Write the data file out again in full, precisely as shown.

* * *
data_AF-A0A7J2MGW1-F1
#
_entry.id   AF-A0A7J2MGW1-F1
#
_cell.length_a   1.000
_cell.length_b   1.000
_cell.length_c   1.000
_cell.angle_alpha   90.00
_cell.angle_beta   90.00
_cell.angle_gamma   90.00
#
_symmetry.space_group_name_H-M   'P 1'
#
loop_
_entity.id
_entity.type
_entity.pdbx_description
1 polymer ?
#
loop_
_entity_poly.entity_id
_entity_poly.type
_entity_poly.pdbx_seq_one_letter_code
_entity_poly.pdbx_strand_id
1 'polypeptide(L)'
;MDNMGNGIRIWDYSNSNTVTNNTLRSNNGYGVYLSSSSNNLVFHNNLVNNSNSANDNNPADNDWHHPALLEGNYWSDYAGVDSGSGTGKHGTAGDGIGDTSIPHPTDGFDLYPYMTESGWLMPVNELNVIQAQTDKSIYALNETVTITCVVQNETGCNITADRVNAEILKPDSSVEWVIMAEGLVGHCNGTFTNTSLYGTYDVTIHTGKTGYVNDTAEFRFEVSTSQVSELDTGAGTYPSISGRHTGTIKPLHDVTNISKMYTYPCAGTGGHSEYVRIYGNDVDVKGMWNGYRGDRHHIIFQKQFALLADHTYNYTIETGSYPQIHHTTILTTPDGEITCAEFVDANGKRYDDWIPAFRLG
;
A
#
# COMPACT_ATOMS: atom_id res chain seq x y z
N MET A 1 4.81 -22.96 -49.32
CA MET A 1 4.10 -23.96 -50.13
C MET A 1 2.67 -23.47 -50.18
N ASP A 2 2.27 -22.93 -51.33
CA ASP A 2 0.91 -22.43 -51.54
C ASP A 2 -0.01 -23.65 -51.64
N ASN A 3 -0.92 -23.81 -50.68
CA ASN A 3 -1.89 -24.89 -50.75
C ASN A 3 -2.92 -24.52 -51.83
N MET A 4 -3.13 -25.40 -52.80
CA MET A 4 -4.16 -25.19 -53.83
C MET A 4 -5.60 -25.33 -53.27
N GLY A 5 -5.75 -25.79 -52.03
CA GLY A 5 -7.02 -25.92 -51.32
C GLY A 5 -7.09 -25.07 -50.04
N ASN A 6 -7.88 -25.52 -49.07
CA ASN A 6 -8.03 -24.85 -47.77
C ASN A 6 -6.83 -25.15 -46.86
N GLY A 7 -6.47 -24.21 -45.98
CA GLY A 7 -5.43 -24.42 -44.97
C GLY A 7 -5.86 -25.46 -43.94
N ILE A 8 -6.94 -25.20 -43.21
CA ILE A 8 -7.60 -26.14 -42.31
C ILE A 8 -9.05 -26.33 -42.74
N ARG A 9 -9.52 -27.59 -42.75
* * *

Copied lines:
data_AF-A0A7J2MGW1-F1
#
_entry.id   AF-A0A7J2MGW1-F1
#
_cell.length_a   1.000
_cell.length_b   1.000
_cell.length_c   1.000
_cell.angle_alpha   90.00
_cell.angle_beta   90.00
_cell.angle_gamma   90.00
#
_symmetry.space_group_name_H-M   'P 1'
#
loop_
_entity.id
_entity.type
_entity.pdbx_description
1 polymer ?
#
loop_
_entity_poly.entity_id
_entity_poly.type
_entity_poly.pdbx_seq_one_letter_code
_entity_poly.pdbx_strand_id
1 'polypeptide(L)'
;MDNMGNGIRIWDYSNSNTVTNNTLRSNNGYGVYLSSSSNNLVFHNNLVNNSNSANDNNPADNDWHHPALLEGNYWSDYAGVDSGSGTGKHGTAGDGIGDTSIPHPTDGFDLYPYMTESGWLMPVNELNVIQAQTDKSIYALNETVTITCVVQNETGCNITADRVNAEILKPDSSVEWVIMAEGLVGHCNGTFTNTSLYGTYDVTIHTGKTGYVNDTAEFRFEVSTSQVSELDTGAGTYPSISGRHTGTIKPLHDVTNISKMYTYPCAGTGGHSEYVRIYGNDVDVKGMWNGYRGDRHHIIFQKQFALLADHTYNYTIETGSYPQIHHTTILTTPDGEITCAEFVDANGKRYDDWIPAFRLG
;
A
#
# COMPACT_ATOMS: atom_id res chain seq x y z
N MET A 1 4.81 -22.96 -49.32
CA MET A 1 4.10 -23.96 -50.13
C MET A 1 2.67 -23.47 -50.18
N ASP A 2 2.27 -22.93 -51.33
CA ASP A 2 0.91 -22.43 -51.54
C ASP A 2 -0.01 -23.65 -51.64
N ASN A 3 -0.92 -23.81 -50.68
CA ASN A 3 -1.89 -24.89 -50.75
C ASN A 3 -2.92 -24.52 -51.83
N MET A 4 -3.13 -25.40 -52.80
CA MET A 4 -4.16 -25.19 -53.83
C MET A 4 -5.60 -25.33 -53.27
N GLY A 5 -5.75 -25.79 -52.03
CA GLY A 5 -7.02 -25.92 -51.32
C GLY A 5 -7.09 -25.07 -50.04
N ASN A 6 -7.88 -25.52 -49.07
CA ASN A 6 -8.03 -24.85 -47.77
C ASN A 6 -6.83 -25.15 -46.86
N GLY A 7 -6.47 -24.21 -45.98
CA GLY A 7 -5.43 -24.42 -44.97
C GLY A 7 -5.86 -25.46 -43.94
N ILE A 8 -6.94 -25.20 -43.21
CA ILE A 8 -7.60 -26.14 -42.31
C ILE A 8 -9.05 -26.33 -42.74
N ARG A 9 -9.52 -27.59 -42.75